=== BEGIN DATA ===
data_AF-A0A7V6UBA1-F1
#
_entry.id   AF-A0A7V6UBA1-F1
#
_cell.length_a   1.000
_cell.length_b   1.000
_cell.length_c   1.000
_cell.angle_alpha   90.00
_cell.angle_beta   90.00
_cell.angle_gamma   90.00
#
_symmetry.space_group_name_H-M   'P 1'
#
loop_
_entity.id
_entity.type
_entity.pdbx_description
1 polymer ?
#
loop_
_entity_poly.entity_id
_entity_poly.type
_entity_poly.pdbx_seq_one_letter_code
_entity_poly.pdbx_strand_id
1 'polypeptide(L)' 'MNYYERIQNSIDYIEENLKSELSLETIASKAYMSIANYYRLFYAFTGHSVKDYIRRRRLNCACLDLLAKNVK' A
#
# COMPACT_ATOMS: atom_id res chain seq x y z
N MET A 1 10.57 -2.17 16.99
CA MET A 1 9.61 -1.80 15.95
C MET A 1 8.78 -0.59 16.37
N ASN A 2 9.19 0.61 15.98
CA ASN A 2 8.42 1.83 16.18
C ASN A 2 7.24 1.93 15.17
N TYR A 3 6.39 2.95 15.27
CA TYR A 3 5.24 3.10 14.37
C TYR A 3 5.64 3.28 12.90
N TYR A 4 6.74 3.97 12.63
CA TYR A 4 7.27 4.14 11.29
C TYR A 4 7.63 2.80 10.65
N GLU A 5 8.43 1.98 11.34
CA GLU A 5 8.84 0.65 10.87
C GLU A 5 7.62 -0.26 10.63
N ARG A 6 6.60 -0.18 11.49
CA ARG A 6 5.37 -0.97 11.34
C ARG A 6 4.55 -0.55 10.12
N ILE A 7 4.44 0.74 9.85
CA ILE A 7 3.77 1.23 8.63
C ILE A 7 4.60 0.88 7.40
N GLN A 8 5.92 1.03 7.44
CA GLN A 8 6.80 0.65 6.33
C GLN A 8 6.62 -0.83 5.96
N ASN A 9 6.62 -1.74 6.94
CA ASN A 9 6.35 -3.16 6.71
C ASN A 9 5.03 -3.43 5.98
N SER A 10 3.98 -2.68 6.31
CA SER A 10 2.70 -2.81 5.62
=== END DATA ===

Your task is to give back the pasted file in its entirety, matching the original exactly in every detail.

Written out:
data_AF-A0A7V6UBA1-F1
#
_entry.id   AF-A0A7V6UBA1-F1
#
_cell.length_a   1.000
_cell.length_b   1.000
_cell.length_c   1.000
_cell.angle_alpha   90.00
_cell.angle_beta   90.00
_cell.angle_gamma   90.00
#
_symmetry.space_group_name_H-M   'P 1'
#
loop_
_entity.id
_entity.type
_entity.pdbx_description
1 polymer ?
#
loop_
_entity_poly.entity_id
_entity_poly.type
_entity_poly.pdbx_seq_one_letter_code
_entity_poly.pdbx_strand_id
1 'polypeptide(L)' 'MNYYERIQNSIDYIEENLKSELSLETIASKAYMSIANYYRLFYAFTGHSVKDYIRRRRLNCACLDLLAKNVK' A
#
# COMPACT_ATOMS: atom_id res chain seq x y z
N MET A 1 10.57 -2.17 16.99
CA MET A 1 9.61 -1.80 15.95
C MET A 1 8.78 -0.59 16.37
N ASN A 2 9.19 0.61 15.98
CA ASN A 2 8.42 1.83 16.18
C ASN A 2 7.24 1.93 15.17
N TYR A 3 6.39 2.95 15.27
CA TYR A 3 5.24 3.10 14.37
C TYR A 3 5.64 3.28 12.90
N TYR A 4 6.74 3.97 12.63
CA TYR A 4 7.27 4.14 11.29
C TYR A 4 7.63 2.80 10.65
N GLU A 5 8.43 1.98 11.34
CA GLU A 5 8.84 0.65 10.87
C GLU A 5 7.62 -0.26 10.63
N ARG A 6 6.60 -0.18 11.49
CA ARG A 6 5.37 -0.97 11.34
C ARG A 6 4.55 -0.55 10.12
N ILE A 7 4.44 0.74 9.85
CA ILE A 7 3.77 1.23 8.63
C ILE A 7 4.60 0.88 7.40
N GLN A 8 5.92 1.03 7.44
CA GLN A 8 6.80 0.65 6.33
C GLN A 8 6.62 -0.83 5.96
N ASN A 9 6.62 -1.74 6.94
CA ASN A 9 6.35 -3.16 6.71
C ASN A 9 5.03 -3.43 5.98
N SER A 10 3.98 -2.68 6.31
CA SER A 10 2.70 -2.81 5.62